Sunday, March 29, 2015

New crazes in taking pictures

A few years ago, when I needed a special self-portrait for a blog post (a photo that would show me wearing a newly-purchased Russian black-fur chapka), I tried desperately to use my Nikon to take a picture of me reflected in the bathroom mirror, but I never succeeded in obtaining exactly what I wanted. Above all, if I remember correctly, it didn’t look right to be attired in Siberian headwear with a plastic shower curtain in the background. So I gave up.

That was before the planet Earth encountered the phenomenon of selfies. Funnily enough, although I’ve owned several iPhones, I’ve never once been tempted to take a selfie… which goes to prove how atrociously old-fashioned I’ve become. Even today, I don’t recall ever having used my iPhone to send a text message to anybody, but that’s simply because I lead a quite solitary existence, beyond any circle of friends with whom I might wish to communicate in that fashion. To put it bluntly, mobile phones, text messages and selfies are simply not my kettle of fish… and surely never will be.

I was nevertheless intrigued to hear that, following an unfortunate incident at the Louvre, selfie sticks have now been banned in most French museums.

Click to obtain an enlarged view of the black eye

In any case, selfies are starting to become old hat. Among smart people, phonies are being replaced by dronies, in which you replace your has-been selfie stick by a drone equipped with a tiny GoPro video camera.

Groups of foreign tourists visiting France only have to bring along a drone with them to be sure of obtaining all kinds of fabulous aerial photos of themselves, to upload to their FaceBook pages. (Facebook is yet another thing I’ve never used. Truly, I’m antedeluvian.) But visitors still won’t be allowed to bring such hardware into the Louvre.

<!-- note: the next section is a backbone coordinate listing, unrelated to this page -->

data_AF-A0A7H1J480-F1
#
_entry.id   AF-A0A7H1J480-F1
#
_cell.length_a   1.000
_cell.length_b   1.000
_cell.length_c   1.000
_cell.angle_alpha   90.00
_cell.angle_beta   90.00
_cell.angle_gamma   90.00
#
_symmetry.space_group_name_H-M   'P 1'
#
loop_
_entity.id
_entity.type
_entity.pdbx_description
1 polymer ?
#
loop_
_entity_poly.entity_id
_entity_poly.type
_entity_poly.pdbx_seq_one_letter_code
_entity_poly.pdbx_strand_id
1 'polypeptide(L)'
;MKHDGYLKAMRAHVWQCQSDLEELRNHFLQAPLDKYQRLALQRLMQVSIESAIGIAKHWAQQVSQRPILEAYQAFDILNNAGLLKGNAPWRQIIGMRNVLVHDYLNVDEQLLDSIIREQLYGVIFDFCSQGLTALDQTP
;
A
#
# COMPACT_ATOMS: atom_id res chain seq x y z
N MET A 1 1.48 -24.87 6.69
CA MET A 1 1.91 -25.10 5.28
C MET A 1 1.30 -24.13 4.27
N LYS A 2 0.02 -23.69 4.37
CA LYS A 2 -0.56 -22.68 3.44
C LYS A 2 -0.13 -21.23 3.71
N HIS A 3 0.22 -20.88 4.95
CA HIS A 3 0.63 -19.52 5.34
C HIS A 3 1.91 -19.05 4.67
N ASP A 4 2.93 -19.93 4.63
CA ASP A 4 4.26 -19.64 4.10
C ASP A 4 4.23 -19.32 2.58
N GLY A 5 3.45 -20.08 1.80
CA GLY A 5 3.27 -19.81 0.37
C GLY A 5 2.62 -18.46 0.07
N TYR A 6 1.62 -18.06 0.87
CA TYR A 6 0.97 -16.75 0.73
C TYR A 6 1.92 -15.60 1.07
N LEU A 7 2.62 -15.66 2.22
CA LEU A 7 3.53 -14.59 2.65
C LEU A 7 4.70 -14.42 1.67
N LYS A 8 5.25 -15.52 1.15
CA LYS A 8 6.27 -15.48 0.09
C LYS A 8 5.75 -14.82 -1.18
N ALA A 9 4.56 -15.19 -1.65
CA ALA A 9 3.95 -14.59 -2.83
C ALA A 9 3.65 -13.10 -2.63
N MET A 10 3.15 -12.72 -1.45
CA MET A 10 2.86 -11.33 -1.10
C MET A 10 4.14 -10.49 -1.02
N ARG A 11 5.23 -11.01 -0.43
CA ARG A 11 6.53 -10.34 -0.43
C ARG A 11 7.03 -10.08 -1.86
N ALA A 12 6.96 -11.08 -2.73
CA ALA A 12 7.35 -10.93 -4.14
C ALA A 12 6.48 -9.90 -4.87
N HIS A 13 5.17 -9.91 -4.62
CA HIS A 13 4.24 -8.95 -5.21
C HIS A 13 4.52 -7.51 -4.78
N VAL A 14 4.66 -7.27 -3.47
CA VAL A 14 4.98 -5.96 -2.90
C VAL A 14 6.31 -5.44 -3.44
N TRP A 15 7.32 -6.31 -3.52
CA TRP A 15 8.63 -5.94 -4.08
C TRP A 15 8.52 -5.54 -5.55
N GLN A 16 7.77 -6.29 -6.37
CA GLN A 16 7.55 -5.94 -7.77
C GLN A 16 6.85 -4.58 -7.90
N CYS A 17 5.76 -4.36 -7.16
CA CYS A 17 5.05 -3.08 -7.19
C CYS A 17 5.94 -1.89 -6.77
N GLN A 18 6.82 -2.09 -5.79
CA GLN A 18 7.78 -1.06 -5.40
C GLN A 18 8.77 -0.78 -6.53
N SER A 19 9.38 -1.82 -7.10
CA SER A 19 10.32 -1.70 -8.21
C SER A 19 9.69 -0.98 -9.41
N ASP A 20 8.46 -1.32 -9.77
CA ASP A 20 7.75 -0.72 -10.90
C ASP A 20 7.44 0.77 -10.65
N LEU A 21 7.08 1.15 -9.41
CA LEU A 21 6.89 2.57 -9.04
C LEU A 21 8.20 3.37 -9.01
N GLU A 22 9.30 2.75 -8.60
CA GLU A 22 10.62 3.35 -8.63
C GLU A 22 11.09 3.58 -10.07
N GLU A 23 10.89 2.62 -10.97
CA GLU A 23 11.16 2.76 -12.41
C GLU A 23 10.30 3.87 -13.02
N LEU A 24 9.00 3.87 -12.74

Talking about drones, I’ve just seen a fabulous video presentation of the most amazing drone that has ever been imagined. It’s alone in its category, and it makes all the other drones look like spluttering aircraft of the era of the Wright brothers.

Click the YouTube button, then watch this amazing video on your full screen.

If your mind is not blown by that video, then we're clearly not on the same span of eagle's wings.

To do justice to past inventors, I should point out that an imaginative engineer in Baltimore (USA) provided the world, in 1865, with an impressive graphic depiction of bird-powered aviation.

As far as I can ascertain, no prototype of this amazing aircraft was ever actually built and tested... which simply proves that it's often hard to get a good idea off the ground.

Meanwhile, in our modern world, which never wants to stand still, yet another spectacular innovation in picture-taking is starting to emerge. I’m talking of vertical video, the subject of this most informative video:

Click the YouTube button, then watch this funny video on your full screen.

Personally, I welcome this kind of new thinking. If the vertical video phenomenon were to become popular and widespread, it would be a fantastic economic boost for the entire media business, not to mention the electronics industry (faced with the challenge of supplying households with vertical TV and computer screens). I nevertheless fear the negative impact that vertical video would have upon certain TV sports. Popular spectator sports of a predominantly horizontal nature—such as football, rugby, sailing, rowing, swimming, F1 racing, ice hockey and even curling—would lose much of their attractiveness when presented in a strictly vertical-video context. The Tour de France would be reduced to the ascension of the famous 22 hair-pin bends of the Alpe d’Huez. Admittedly, acrobatic flying and base jumping would become the sporting events to watch on vertical-video TV… but a little bit of that stuff can't be pushed too far without boring your viewers.